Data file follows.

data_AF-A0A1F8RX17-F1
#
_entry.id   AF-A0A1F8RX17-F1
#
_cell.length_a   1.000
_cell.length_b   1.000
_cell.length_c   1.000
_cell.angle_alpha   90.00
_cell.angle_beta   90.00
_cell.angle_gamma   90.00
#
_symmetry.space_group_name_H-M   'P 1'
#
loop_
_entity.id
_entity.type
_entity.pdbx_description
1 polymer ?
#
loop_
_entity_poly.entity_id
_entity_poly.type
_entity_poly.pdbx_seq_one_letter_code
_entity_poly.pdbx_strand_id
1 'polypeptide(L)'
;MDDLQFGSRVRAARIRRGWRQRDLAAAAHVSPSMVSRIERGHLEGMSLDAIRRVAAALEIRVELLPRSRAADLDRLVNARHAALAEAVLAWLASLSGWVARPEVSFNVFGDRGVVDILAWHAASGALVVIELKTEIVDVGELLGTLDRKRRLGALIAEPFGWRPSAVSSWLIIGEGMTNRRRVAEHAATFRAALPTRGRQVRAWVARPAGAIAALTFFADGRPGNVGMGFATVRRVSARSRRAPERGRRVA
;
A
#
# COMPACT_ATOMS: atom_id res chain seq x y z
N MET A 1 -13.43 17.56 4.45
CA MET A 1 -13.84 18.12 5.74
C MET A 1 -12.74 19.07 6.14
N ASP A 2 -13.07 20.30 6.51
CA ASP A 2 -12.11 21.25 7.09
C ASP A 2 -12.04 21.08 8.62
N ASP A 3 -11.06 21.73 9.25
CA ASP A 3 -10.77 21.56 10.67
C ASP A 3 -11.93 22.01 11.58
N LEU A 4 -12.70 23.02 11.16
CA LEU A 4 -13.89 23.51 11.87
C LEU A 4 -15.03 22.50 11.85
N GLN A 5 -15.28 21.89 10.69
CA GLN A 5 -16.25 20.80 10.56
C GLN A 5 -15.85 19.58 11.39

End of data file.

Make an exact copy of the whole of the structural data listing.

data_AF-A0A1F8RX17-F1
#
_entry.id   AF-A0A1F8RX17-F1
#
_cell.length_a   1.000
_cell.length_b   1.000
_cell.length_c   1.000
_cell.angle_alpha   90.00
_cell.angle_beta   90.00
_cell.angle_gamma   90.00
#
_symmetry.space_group_name_H-M   'P 1'
#
loop_
_entity.id
_entity.type
_entity.pdbx_description
1 polymer ?
#
loop_
_entity_poly.entity_id
_entity_poly.type
_entity_poly.pdbx_seq_one_letter_code
_entity_poly.pdbx_strand_id
1 'polypeptide(L)'
;MDDLQFGSRVRAARIRRGWRQRDLAAAAHVSPSMVSRIERGHLEGMSLDAIRRVAAALEIRVELLPRSRAADLDRLVNARHAALAEAVLAWLASLSGWVARPEVSFNVFGDRGVVDILAWHAASGALVVIELKTEIVDVGELLGTLDRKRRLGALIAEPFGWRPSAVSSWLIIGEGMTNRRRVAEHAATFRAALPTRGRQVRAWVARPAGAIAALTFFADGRPGNVGMGFATVRRVSARSRRAPERGRRVA
;
A
#
# COMPACT_ATOMS: atom_id res chain seq x y z
N MET A 1 -13.43 17.56 4.45
CA MET A 1 -13.84 18.12 5.74
C MET A 1 -12.74 19.07 6.14
N ASP A 2 -13.07 20.30 6.51
CA ASP A 2 -12.11 21.25 7.09
C ASP A 2 -12.04 21.08 8.62
N ASP A 3 -11.06 21.73 9.25
CA ASP A 3 -10.77 21.56 10.67
C ASP A 3 -11.93 22.01 11.58
N LEU A 4 -12.70 23.02 11.16
CA LEU A 4 -13.89 23.51 11.87
C LEU A 4 -15.03 22.50 11.85
N GLN A 5 -15.28 21.89 10.69
CA GLN A 5 -16.25 20.80 10.56
C GLN A 5 -15.85 19.58 11.39